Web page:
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(Cr(VI)) - ASL di Brescia

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Chromium in drinking
water
Eugenia Dogliotti
Member of the CONTAM Panel, EFSA
Head of the Unit of Molecular Epidemiology,
Istituto Superiore di Sanità
ACKNOWLEDGEMENTS
The CONTAM Panel and the WG on chromium and nickel
Experts:
Alessandro Di Domenico, Eugenia Dogliotti (chair), Lutz
Edler, Michael DiNovi, Antonio Mutti, Ivonne Rietjens,
Guerin Thierry, Henk van Loveren and Christiane
Vleminckx.
EFSA staff:
BIOCONTAM and DATA Units
European competent authorities
for providing occurrence data on chromium in food and drinking water, and
supporting the consumption data collection for the Comprehensive European
Food Consumption Database.
Slides kindly provided by Marco Binaglia BIOCONTAM Unit – Team CONTAM
2
INTRODUCTION - WHAT IS CHROMIUM
 Beside its elemental state, Cr can exist in a variety of oxidation states.
Trivalent and hexavalent (Cr(III) and Cr(VI)) are the more stable and
largely predominant states
 Cr can be present in food and drinking water both from natural
anthropogenic sources. The natural presence is mainly related to Cr(III),
whereas Cr(VI) is most commonly present as a result of industrial
emissions in the environment.
 Cr is widely distributed in the earth’s crust, mainly as Cr(III) (e.g. in
ferrochromite (FeCr2O4 or FeOCr2O3))
 Industrial applications of Cr include stainless steel production,
electroplating, leather tanning, and manufacture of e.g. catalysts,
pigments, paints, glass and ceramics.
3
TERMS OF REFERENCE (TORs)
The Hellenic Food Authority (EFET) asked EFSA for a scientific opinion on the risk
to human health related to the presence of chromium (Cr) in food, addressing
particularly the presence of chromium in vegetables
and hexavalent Cr (Cr(VI)) in bottled water
Cr(VI)
 To consider any relevant information on toxicity of Cr(VI) for all the
relevant toxicological endpoints
 To assess the contribution to human exposure to total Cr of Cr(VI) in
drinking water
 To perform the exposure assessment taking into account recent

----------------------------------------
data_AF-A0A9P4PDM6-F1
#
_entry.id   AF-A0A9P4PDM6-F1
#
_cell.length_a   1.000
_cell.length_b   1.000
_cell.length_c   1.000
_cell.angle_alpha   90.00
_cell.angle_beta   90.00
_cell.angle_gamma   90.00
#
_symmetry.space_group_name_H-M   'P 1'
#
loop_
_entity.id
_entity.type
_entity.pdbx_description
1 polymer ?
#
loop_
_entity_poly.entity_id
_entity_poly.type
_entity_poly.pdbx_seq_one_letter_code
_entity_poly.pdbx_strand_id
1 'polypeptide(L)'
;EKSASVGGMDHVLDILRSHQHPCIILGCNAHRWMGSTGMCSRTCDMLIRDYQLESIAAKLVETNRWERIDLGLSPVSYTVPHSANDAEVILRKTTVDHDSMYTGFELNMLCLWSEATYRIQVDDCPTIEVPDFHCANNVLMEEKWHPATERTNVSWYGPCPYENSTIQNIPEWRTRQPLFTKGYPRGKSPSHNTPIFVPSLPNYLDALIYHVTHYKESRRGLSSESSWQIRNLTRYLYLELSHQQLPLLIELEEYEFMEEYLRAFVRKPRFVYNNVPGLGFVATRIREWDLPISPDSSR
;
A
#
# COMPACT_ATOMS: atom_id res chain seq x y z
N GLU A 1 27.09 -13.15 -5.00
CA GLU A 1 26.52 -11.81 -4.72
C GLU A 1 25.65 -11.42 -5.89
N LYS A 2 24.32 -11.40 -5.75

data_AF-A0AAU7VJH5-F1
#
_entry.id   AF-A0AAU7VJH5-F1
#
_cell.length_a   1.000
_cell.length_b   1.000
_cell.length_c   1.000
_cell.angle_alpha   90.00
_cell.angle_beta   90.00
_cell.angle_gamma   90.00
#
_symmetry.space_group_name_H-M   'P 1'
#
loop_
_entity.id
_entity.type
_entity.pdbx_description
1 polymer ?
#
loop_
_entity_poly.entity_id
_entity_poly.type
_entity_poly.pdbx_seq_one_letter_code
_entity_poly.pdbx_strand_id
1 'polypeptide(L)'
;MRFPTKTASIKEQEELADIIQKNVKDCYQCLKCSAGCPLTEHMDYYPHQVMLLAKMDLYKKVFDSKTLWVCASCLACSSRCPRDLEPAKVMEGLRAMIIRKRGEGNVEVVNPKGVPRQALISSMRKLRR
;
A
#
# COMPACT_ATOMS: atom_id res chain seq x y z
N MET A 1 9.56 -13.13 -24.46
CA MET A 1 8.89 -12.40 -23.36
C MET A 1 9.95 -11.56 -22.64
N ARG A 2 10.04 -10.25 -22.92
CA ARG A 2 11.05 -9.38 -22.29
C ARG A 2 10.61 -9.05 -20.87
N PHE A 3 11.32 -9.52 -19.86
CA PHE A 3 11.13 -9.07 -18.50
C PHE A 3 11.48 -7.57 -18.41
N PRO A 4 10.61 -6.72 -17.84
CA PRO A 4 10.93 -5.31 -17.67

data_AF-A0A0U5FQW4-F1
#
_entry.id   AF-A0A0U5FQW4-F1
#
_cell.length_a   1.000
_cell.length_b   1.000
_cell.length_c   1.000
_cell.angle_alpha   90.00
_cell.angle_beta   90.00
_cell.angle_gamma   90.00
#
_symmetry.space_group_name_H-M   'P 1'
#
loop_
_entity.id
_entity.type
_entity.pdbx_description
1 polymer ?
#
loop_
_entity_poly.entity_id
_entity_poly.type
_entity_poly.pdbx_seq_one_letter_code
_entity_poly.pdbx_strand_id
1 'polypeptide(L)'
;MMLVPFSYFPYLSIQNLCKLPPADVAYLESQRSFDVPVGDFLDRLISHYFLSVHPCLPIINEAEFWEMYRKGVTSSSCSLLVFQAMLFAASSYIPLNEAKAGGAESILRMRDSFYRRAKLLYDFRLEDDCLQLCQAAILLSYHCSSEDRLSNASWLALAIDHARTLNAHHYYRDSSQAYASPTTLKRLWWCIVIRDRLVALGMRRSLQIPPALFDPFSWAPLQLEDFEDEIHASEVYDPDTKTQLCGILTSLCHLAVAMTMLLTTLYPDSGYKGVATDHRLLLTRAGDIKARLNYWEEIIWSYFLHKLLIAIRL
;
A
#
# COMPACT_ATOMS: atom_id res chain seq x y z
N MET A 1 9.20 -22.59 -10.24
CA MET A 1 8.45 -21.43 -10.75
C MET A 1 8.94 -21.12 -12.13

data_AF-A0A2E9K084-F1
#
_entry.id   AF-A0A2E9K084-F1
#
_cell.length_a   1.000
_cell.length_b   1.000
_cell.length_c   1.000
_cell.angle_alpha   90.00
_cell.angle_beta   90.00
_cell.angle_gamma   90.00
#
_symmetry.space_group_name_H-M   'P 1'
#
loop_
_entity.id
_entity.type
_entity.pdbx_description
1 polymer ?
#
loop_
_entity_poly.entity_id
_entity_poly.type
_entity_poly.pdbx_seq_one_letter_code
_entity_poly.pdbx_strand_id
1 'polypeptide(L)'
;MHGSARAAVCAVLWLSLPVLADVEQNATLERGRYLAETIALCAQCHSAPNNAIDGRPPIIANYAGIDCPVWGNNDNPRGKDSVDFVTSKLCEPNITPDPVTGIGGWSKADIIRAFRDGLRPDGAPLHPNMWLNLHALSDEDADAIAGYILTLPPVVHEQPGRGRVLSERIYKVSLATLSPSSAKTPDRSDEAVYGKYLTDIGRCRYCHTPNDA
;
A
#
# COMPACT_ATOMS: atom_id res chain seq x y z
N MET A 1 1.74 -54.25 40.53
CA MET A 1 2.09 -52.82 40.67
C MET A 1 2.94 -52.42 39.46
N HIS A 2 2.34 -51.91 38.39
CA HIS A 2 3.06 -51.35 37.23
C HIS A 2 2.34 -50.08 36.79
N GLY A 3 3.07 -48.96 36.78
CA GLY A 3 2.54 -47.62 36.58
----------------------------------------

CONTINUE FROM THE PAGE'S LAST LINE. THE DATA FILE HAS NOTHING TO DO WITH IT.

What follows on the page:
analytical results and the consumption patterns of specific (vulnerable)
groups of the population
4
Main title
LA VALUTAZIONE DEL RISCHIO
IDENTIFICAZIONE DEL PERICOLO
E.Testai, ISS
5
Main title
LA VALUTAZIONE DEL RISCHIO
IDENTIFICAZIONE DEL PERICOLO
E.Testai, ISS
6
Main title
LA VALUTAZIONE DEL RISCHIO
IDENTIFICAZIONE DEL PERICOLO
(minimum LB)
CARATTERIZZAZIONE DEL PERICOLO
(tossicocinetica, tossicità in modelli animali, studi epidemiologici)
E.Testai, ISS
7
Main title
LA VALUTAZIONE DEL RISCHIO
IDENTIFICAZIONE DEL PERICOLO
Relazione dose-effetto
Derivazione di
valori di
partenza
(PoD)
CARATTERIZZAZIONE
DEL RISCHIO
CARATTERIZZAZIONE DEL PERICOLO
(tossicocinetica, tossicità in modelli animali, studi epidemiologici)
E.Testai, ISS
8
Main title
Un po’ di nomenclatura…..






NO(A)EL
LO(A)L
BMDL
TDI
MRL
MOE
9
Main title
NO(A)EL - LO(A)EL
E.Testai, ISS
10
Main title
BMDL
E.Testai, ISS
11
Main title
EFFETTO CRITICO
TDI=MRL
E.Testai, ISS
12
Main title
MARGIN OF EXPOSURE (MOE)
Il MOE è uno strumento utilizzato per caratterizzare il rischio
derivante dall’esposizione a sostanze genotossiche e cancerogene
che possono essere presenti nella filiera alimentare
MOE= DOSE A CUI AVVIENE L’EFFETTO AVVERSO (BMDL)
LIVELLO DI ESPOSIZIONE
Il MOE fornisce un’indicazione del grado di preoccupazione per la
sicurezza ma non quantifica il rischio.
Un MOE pari o superiore a 10000, se si basa sul limite inferiore della dose
di riferimento (BMDL) derivante da uno studio su animali, sarebbe a un
basso rischio da un punto di vista di salute pubblica (EFSA, 2005).
13
PREVIOUS RISK ASSESSMENTS
Cr(VI)
IARC (International Agency for Research on Cancer) classified Cr(VI) compounds
as carcinogenic to humans (Group I) with respect to the cancer of the lung, nose